EARLIER this week, Hungary, Ireland, Sweden and Ukraine completed the final qualification round-up to secure places in European finals which are to take place in France next summer.
Hungary’s 1-0 win was in part down to a fine string of saves from their goalkeeper Kiraly, known for wearing jogging bottoms. If he plays in the finals, he will become the first player in his fifth decade to participate at a UEFA European tournament when he turns 40 next year. Despite using three managers over the course of their qualification campaign, a brilliant goal from Tamas Priskin did them all proud and sent them through.
Ukraine had to battle hard before securing a place for a second consecutive time courtesy of Andriy Yarmolenko, who made it 1-1 on the night in what was a very spirited display by the Slovenians. Ukraine had controlled the first leg at home 2-0, but the game almost began to slip from then when they conceded after 11 minutes when home skipper Bostjan Cesar headed in from close range. But they failed to create enough chances to take the game to extra time, ultimately succumbing to a 3-1 defeat on aggregate.
Two goals from Jon Walters against Bosnia-Herzegovina saw Ireland end their long road to European qualification on a high. Ireland’s win came six years after they were memorably denied World Cup qualification through Thierry Henry’s infamous handball, but on Monday night there really did seem to have the luck of the Irish. The men in green were awarded a controversial penalty by Dutch referee Bjorn Kuipers in the 24th-minute after Bosnia’s Ervin Zukanovic was harshly adjudged to have handled a Daryl Murphy cross. Walters volleyed in again on the 74th minute to all but send the Republic through. The Republic’s journey has epitomised the successful partnership between manager Martin O’Neill and his accomplice Roy Keane, who took over after Ireland’s dismal Euros campaign four years ago under Italian Giovanni Trappatoni.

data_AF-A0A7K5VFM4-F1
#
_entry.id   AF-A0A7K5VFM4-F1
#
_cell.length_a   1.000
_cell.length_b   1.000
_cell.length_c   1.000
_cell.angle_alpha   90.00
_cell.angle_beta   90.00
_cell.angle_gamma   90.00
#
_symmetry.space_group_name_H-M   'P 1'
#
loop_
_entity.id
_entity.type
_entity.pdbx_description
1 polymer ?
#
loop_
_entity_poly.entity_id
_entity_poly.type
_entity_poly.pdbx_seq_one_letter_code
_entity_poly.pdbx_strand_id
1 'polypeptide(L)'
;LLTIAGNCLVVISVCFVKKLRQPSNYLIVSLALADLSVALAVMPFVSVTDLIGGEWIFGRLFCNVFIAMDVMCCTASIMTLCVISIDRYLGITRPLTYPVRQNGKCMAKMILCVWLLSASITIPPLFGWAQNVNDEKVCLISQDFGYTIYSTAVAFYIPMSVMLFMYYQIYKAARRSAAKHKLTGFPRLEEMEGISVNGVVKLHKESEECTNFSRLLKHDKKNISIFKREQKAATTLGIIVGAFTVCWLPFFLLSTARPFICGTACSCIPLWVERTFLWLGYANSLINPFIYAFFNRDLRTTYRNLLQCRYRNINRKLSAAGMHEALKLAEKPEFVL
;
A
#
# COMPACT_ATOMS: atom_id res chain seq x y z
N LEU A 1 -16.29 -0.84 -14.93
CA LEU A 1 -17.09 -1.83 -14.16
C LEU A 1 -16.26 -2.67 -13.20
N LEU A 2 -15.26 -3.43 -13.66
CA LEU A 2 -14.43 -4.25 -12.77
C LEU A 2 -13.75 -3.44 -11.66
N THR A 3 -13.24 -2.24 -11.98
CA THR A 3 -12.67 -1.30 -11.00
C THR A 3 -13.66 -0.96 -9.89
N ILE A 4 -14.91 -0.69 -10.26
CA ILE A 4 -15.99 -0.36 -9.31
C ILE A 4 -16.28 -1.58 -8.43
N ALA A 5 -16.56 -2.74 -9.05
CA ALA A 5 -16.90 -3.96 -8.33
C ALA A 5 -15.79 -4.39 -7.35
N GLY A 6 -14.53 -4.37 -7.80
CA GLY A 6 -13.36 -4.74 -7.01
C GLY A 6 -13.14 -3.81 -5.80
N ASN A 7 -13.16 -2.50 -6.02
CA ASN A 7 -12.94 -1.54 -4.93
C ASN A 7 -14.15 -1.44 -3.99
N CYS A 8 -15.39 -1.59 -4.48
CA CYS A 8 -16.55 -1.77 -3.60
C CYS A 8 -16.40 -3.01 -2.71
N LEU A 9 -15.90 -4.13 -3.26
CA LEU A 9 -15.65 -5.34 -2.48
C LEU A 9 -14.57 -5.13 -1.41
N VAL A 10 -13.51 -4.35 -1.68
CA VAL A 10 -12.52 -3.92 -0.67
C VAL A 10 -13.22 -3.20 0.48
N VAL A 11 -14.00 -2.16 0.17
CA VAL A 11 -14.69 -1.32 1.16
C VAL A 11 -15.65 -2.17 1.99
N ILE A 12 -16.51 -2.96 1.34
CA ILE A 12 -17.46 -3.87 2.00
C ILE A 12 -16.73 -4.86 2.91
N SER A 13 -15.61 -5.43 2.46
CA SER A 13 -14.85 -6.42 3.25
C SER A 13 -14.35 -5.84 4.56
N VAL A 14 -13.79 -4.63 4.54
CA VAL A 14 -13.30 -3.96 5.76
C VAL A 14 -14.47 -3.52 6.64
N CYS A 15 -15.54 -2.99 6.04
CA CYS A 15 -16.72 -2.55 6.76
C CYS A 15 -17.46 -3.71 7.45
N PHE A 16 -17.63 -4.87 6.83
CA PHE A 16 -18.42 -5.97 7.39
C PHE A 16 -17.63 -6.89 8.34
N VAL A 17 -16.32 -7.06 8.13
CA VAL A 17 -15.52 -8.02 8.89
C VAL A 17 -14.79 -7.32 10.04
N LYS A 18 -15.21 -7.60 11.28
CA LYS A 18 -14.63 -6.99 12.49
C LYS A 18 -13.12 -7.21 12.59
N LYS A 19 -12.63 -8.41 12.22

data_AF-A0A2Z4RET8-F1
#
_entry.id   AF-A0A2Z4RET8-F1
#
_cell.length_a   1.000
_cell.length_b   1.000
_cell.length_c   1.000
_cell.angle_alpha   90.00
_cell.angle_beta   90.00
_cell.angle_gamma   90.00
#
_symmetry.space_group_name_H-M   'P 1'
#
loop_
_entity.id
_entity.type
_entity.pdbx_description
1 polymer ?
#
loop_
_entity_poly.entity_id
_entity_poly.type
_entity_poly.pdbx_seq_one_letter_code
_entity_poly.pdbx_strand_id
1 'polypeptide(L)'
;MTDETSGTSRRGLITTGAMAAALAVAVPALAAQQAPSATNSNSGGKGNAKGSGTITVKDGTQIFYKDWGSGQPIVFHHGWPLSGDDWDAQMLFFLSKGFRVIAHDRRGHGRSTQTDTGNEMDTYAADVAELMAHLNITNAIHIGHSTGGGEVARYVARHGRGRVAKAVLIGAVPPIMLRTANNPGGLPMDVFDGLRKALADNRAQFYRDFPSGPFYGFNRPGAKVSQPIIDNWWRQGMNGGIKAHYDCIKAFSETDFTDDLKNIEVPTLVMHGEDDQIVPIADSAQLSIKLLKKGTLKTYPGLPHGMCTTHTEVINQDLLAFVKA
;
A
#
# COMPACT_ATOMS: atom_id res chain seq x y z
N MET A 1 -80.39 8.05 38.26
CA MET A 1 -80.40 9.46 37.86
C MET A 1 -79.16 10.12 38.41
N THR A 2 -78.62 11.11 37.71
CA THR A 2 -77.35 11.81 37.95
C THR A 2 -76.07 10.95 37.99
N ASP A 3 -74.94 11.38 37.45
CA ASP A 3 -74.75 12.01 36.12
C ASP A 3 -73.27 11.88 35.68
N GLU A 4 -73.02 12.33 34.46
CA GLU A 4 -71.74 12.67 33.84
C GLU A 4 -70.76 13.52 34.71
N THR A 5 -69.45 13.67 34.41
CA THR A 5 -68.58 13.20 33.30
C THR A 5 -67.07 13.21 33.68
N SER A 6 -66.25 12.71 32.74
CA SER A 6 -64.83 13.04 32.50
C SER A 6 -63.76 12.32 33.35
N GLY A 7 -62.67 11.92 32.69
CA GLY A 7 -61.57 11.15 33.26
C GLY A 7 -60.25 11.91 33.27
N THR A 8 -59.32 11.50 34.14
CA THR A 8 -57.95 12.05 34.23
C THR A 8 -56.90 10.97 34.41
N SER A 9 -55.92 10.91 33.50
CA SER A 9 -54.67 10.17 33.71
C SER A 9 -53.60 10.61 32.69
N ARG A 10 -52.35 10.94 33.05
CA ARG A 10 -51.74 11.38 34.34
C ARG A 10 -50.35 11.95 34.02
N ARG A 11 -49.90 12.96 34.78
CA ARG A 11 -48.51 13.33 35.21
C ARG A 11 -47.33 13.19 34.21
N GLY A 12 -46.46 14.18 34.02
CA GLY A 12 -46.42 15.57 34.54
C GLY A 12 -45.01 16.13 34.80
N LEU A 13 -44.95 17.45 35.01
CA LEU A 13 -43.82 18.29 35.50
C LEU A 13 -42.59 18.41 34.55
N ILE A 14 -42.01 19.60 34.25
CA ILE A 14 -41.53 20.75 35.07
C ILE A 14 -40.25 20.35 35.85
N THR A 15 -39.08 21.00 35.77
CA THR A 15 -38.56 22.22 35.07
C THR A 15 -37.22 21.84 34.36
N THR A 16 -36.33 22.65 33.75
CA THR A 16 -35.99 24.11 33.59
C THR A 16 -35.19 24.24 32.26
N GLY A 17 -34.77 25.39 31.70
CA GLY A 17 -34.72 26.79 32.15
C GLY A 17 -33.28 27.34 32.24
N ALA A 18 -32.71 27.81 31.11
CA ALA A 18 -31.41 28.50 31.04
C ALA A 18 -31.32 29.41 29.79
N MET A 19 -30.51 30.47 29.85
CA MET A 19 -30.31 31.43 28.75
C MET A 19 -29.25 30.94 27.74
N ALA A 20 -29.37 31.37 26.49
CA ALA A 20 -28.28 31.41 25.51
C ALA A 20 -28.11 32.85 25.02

A double from Zlatan Ibrahimovic secured a 4-3 aggregate victory over neighbours Denmark to reach their fifth successive European Championship. Having lead 2-1 from the first leg, the Swedes opened the scoring with Ibrahimovic’s scruffy first-time shot from Kim Kallstrom’s corner before later curling in a 25-yard free-kick to all but seal a finals spot. Denmark levelled on the night through Yussuf Poulsen and Jannik Vestergaard, but fell two goals short on aggregate.Sweden looked like the more dominant side and, although the Danes didn’t disgrace themselves and rallied in the second half, the Swedes earned the revenge that they were no doubt seeking for their 2010 World Cup play-off defeat by their Scandinavian rivals.
So, the stage is now set for the Euros in France next summer and the spotlight will, shine for the first time on the footballing minnows of Europe in what could be described as a dawning of a new era for international European football.
Featured image: Meristation